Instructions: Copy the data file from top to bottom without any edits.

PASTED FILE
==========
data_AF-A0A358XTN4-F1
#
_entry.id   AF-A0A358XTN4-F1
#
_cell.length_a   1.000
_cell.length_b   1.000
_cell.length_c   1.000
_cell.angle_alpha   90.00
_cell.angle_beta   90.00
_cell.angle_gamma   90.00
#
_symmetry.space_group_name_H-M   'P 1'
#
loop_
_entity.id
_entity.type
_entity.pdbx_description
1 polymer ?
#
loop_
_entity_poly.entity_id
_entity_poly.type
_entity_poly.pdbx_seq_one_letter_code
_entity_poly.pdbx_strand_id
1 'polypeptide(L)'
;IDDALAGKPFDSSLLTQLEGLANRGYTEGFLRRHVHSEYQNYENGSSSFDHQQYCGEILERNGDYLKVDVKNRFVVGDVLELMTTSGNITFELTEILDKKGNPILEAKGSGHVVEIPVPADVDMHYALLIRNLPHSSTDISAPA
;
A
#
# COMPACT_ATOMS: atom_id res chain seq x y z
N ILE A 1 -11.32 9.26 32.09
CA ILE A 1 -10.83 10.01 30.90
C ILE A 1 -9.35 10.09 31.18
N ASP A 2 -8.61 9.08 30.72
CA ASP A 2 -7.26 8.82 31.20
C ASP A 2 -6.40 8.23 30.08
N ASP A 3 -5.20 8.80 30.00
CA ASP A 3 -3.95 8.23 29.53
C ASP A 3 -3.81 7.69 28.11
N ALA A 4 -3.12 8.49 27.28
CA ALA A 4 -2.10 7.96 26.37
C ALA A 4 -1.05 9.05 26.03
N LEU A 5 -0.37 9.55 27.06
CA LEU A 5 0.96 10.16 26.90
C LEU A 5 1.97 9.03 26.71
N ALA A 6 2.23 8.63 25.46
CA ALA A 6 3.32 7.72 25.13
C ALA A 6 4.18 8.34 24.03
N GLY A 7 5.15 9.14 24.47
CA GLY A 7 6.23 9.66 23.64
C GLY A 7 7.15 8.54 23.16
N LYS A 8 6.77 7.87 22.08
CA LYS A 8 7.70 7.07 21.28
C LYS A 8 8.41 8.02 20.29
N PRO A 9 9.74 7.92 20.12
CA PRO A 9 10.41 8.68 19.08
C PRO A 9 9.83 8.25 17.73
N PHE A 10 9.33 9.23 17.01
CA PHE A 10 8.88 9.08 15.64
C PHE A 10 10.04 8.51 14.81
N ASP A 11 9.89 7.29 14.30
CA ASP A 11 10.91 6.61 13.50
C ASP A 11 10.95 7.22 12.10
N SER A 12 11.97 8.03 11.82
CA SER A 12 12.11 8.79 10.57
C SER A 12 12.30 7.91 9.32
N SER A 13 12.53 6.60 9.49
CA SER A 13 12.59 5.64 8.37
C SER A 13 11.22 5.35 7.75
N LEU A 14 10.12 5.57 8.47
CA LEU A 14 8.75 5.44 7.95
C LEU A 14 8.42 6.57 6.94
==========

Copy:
data_AF-A0A358XTN4-F1
#
_entry.id   AF-A0A358XTN4-F1
#
_cell.length_a   1.000
_cell.length_b   1.000
_cell.length_c   1.000
_cell.angle_alpha   90.00
_cell.angle_beta   90.00
_cell.angle_gamma   90.00
#
_symmetry.space_group_name_H-M   'P 1'
#
loop_
_entity.id
_entity.type
_entity.pdbx_description
1 polymer ?
#
loop_
_entity_poly.entity_id
_entity_poly.type
_entity_poly.pdbx_seq_one_letter_code
_entity_poly.pdbx_strand_id
1 'polypeptide(L)'
;IDDALAGKPFDSSLLTQLEGLANRGYTEGFLRRHVHSEYQNYENGSSSFDHQQYCGEILERNGDYLKVDVKNRFVVGDVLELMTTSGNITFELTEILDKKGNPILEAKGSGHVVEIPVPADVDMHYALLIRNLPHSSTDISAPA
;
A
#
# COMPACT_ATOMS: atom_id res chain seq x y z
N ILE A 1 -11.32 9.26 32.09
CA ILE A 1 -10.83 10.01 30.90
C ILE A 1 -9.35 10.09 31.18
N ASP A 2 -8.61 9.08 30.72
CA ASP A 2 -7.26 8.82 31.20
C ASP A 2 -6.40 8.23 30.08
N ASP A 3 -5.20 8.80 30.00
CA ASP A 3 -3.95 8.23 29.53
C ASP A 3 -3.81 7.69 28.11
N ALA A 4 -3.12 8.49 27.28
CA ALA A 4 -2.10 7.96 26.37
C ALA A 4 -1.05 9.05 26.03
N LEU A 5 -0.37 9.55 27.06
CA LEU A 5 0.96 10.16 26.90
C LEU A 5 1.97 9.03 26.71
N ALA A 6 2.23 8.63 25.46
CA ALA A 6 3.32 7.72 25.13
C ALA A 6 4.18 8.34 24.03
N GLY A 7 5.15 9.14 24.47
CA GLY A 7 6.23 9.66 23.64
C GLY A 7 7.15 8.54 23.16
N LYS A 8 6.77 7.87 22.08
CA LYS A 8 7.70 7.07 21.28
C LYS A 8 8.41 8.02 20.29
N PRO A 9 9.74 7.92 20.12
CA PRO A 9 10.41 8.68 19.08
C PRO A 9 9.83 8.25 17.73
N PHE A 10 9.33 9.23 17.01
CA PHE A 10 8.88 9.08 15.64
C PHE A 10 10.04 8.51 14.81
N ASP A 11 9.89 7.29 14.30
CA ASP A 11 10.91 6.61 13.50
C ASP A 11 10.95 7.22 12.10
N SER A 12 11.97 8.03 11.82
CA SER A 12 12.11 8.79 10.57
C SER A 12 12.30 7.91 9.32
N SER A 13 12.53 6.60 9.49
CA SER A 13 12.59 5.64 8.37
C SER A 13 11.22 5.35 7.75
N LEU A 14 10.12 5.57 8.47
CA LEU A 14 8.75 5.44 7.95
C LEU A 14 8.42 6.57 6.94